BIARRITZ, France — With clouds growing over growth, French President Emmanuel Macron ended the Group of Seven summit of rich democracies Monday with a sparse declaration in which leaders committed themselves to “open and fair global trade and the stability of the global economy.”
The four-sentence section devoted to trade in the summit’s final statement landed amid uncertainty caused by the U.S.-China trade conflict that has slowed trade among nations and held up industrial production and investment. Macron, who said he wrote the one-page document himself based on positions of the other six leaders including U.S. President Donald Trump, praised the “great unity and the positive spirit of their debates” among the participating leaders.
The statement of professed unity among leaders with 40 per cent of global gross domestic product at least presented a contrast to the situation around the closing statement from last year’s G-7 summit in Canada, which U.S. President Donald Trump repudiated on his way to visit North Korea.
Macron said in his closing news conference that “the discussions between China and the US have triggered uncertainty and it troubled investors and markets, creating tensions. We saw it on various stock exchanges.”
“The question is, what will be the outcome of these discussions. We are hoping very much that an agreement is found between the two most important economic powers. President Trump has clearly indicated his will to reach an agreement, and we have seen some positive signals during the last hours of discussions here.”
Yet the politre tone of the 2019 G-7 summit could not hide the fact that Trump and the other leaders critical of his trade policy such as European Union council President Donald Tusk simply agreed to state their positions and leave it at that, reinforcing the assumption that dealing with static from the trade conflict will simply be part of the economy that investors and business executives have to get used to for now.
The statement omitted mention of key economic issues such as whether countries should apply more stimulus from government spending, although some of those were addressed at a finance minister’s meeting in July. Still, the entire statement, including the trade section and paragraphs on Iran and Russia’s conflict with Ukraine, was at 263 words about the same length as the two paragraphs devoted just to trade in the declaration from last year’s summit.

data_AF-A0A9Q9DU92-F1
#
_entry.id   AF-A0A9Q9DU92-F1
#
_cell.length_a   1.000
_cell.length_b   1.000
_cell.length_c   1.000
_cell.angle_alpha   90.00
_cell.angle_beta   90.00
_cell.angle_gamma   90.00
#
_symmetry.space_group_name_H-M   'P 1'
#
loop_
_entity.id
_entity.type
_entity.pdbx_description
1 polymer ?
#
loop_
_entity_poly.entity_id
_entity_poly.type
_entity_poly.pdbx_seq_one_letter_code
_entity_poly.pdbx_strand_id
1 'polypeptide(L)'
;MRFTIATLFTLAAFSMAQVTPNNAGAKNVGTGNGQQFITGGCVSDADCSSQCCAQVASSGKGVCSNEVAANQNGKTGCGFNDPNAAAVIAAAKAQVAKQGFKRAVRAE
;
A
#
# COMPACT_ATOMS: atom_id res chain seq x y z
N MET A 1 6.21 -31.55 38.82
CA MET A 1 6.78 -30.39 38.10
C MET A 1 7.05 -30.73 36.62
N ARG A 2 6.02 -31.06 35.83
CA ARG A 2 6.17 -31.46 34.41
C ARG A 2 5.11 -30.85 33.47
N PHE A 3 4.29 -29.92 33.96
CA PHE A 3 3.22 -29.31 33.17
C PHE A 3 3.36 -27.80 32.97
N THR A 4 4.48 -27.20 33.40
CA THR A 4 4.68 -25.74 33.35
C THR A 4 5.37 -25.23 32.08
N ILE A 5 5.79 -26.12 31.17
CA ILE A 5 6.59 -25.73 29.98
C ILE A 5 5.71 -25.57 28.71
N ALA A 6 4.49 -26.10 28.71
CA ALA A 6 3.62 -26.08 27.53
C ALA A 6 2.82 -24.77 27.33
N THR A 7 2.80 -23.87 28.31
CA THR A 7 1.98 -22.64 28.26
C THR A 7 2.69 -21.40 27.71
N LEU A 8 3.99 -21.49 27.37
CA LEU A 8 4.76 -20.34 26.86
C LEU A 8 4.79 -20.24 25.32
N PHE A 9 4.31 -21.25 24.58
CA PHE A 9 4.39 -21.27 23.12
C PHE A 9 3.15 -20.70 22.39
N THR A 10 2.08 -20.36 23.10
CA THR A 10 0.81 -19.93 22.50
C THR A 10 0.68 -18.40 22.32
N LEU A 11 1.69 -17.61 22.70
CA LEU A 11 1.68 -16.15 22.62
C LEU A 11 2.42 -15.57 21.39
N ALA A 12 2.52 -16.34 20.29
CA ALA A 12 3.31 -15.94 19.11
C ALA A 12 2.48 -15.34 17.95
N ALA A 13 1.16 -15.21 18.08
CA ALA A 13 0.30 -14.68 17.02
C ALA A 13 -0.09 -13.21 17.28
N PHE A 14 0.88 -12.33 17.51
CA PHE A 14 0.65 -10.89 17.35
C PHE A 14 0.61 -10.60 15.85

The declaration nods to several of Trump’s issues by calling for “fair” as well as “open” trade and calls for a shakeup of the World Trade Organization so it can better protect intellectual property such as copyrights and patents. That has been a key issue with China shared by Trump and European Union politicians and businesses, who have complained that China requires foreign companies to give up their trade secrets as the price of doing business there. There was no explicit prohibition on trade protectionism, until Trump a commonplace of such declarations.
“So what is bad for world economy is the uncertainty, so the quicker we find and an agreement the more we reduce this uncertainty,” Macron said. “And this was clearly the topic of our discussions yesterday and was also the will of the US president.”
Associated Press Writer Angela Charlton contributed to this report.
David McHugh, The Associated Press